Kindergarten Readiness in Coastal Oregon Designing a multi-county preschool program with data in mind.

Using data to design preschool

In 2017, the Northwest Oregon Kinder Ready Collaborative asked the Sorenson Impact Center to examine eight school districts' education data to inform their journey of developing a preschool program, aiming to increase Kindergarten readiness. Data scientist Gwendolyn Reynolds traveled to Oregon with her team, gathered mounds of data from hundreds of spreadsheets, and created a visualization to help explain the relationships found among different factors that influence early childhood learning.

Gwendolyn Reynolds, Data Scientist at Sorenson Impact

Turning attention to rural children

The Clatsop-Tillamook area of rural Oregon has very few formal preschool programs and a disparate, rural population. Children there often aren't ready for Kindergarten, and readiness has even declined over the past several decades. Reynolds pointed out one of the challenges in designing a preschool program for the rural community: "There are almost no studies about early childhood education in rural America," said Reynolds. "There's a tendency to only study preschool in urban America, and rural communities have been ignored to their detriment."

A visit to Oregon

Sorenson Impact's data team, which includes Reynolds, Daniel Hadley, and Jon Zadra, traveled to Oregon to learn more about the vision of the program, to interview leaders within the organization, and to convince stakeholders to share their data. The team returned with the spoils of over 100 spreadsheets to clean, merge, aggregate, and analyze.

A network map

Reynolds worked tirelessly for eight weeks to make sense of the data. She was finally able to create a network map visualization, a pair-wise correlation that plots the strongest of 484 relationships. Red lines indicate negative relationships, while green lines indicate positive relationships.

Fascinating findings

The data revealed that Kindergarten assessments (conducted the first week of Kindergarten) correlated strongly and positively to 3rd grade math and 3rd grade literacy state scores. "Research shows that 3rd grade literacy matters for lifetime outcomes like high school graduation," said Reynolds. "So, what you know when you enter Kindergarten is strongly associated with how you do in 3rd grade, which is strongly associated with how you do in life."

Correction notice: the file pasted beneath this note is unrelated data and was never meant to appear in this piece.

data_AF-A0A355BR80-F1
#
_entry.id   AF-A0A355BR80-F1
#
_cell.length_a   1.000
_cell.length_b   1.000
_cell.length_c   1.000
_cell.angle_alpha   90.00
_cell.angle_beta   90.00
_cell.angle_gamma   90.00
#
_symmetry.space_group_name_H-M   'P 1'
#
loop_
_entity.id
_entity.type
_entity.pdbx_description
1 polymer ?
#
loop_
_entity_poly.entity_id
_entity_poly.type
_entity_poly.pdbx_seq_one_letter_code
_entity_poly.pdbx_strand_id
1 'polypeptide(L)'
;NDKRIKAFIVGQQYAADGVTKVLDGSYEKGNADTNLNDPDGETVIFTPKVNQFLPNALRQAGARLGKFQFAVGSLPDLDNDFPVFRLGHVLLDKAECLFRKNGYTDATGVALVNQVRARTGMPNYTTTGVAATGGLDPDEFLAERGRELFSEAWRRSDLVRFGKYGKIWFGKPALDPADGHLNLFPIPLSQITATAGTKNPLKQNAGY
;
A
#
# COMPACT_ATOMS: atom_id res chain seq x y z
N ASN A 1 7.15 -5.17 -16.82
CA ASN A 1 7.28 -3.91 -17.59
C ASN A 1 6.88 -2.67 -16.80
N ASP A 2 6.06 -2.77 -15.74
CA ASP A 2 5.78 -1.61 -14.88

Both positive and negative relationships

The Kindergarten assessment was also found to be associated with attendance in Kindergarten through 3rd grade. Reynolds found more strong relationships among economic disadvantage, English language learning (ELL), and special education (SPED). "From there, we see almost all the negative relationships are formed. So, ELL and SPED are negatively correlated with Kindergarten assessments and attendance," said Reynolds.

The data backs hope

To Reynolds, the network map advances the Northwest Oregon Kinder Ready Collaborative's understanding of how to move the needle on Kindergarten readiness for the children in the Clatsop-Tillamook community. By focusing the Collaborative's attention on influencing the factors that have been identified as having strong relationships with Kindergarten readiness, 3rd grade literacy, and 3rd grade math, Reynolds says the question is, "Can we design a preschool program that improves kids' lives? The hope is yes."

Read more about our data team's work at the Sorenson Impact Center website.

Created By
Lisa Cox


Created with images by ponce_photography - "crayons coloring book coloring book color children" • USDA on Flickr "March 26 - Obesity - Obesity Blog Image Preschoolers in Park"

Report Abuse

If you feel that this video content violates the Adobe Terms of Use, you may report this content by filling out this quick form.

To report a Copyright Violation, please follow Section 17 in the Terms of Use.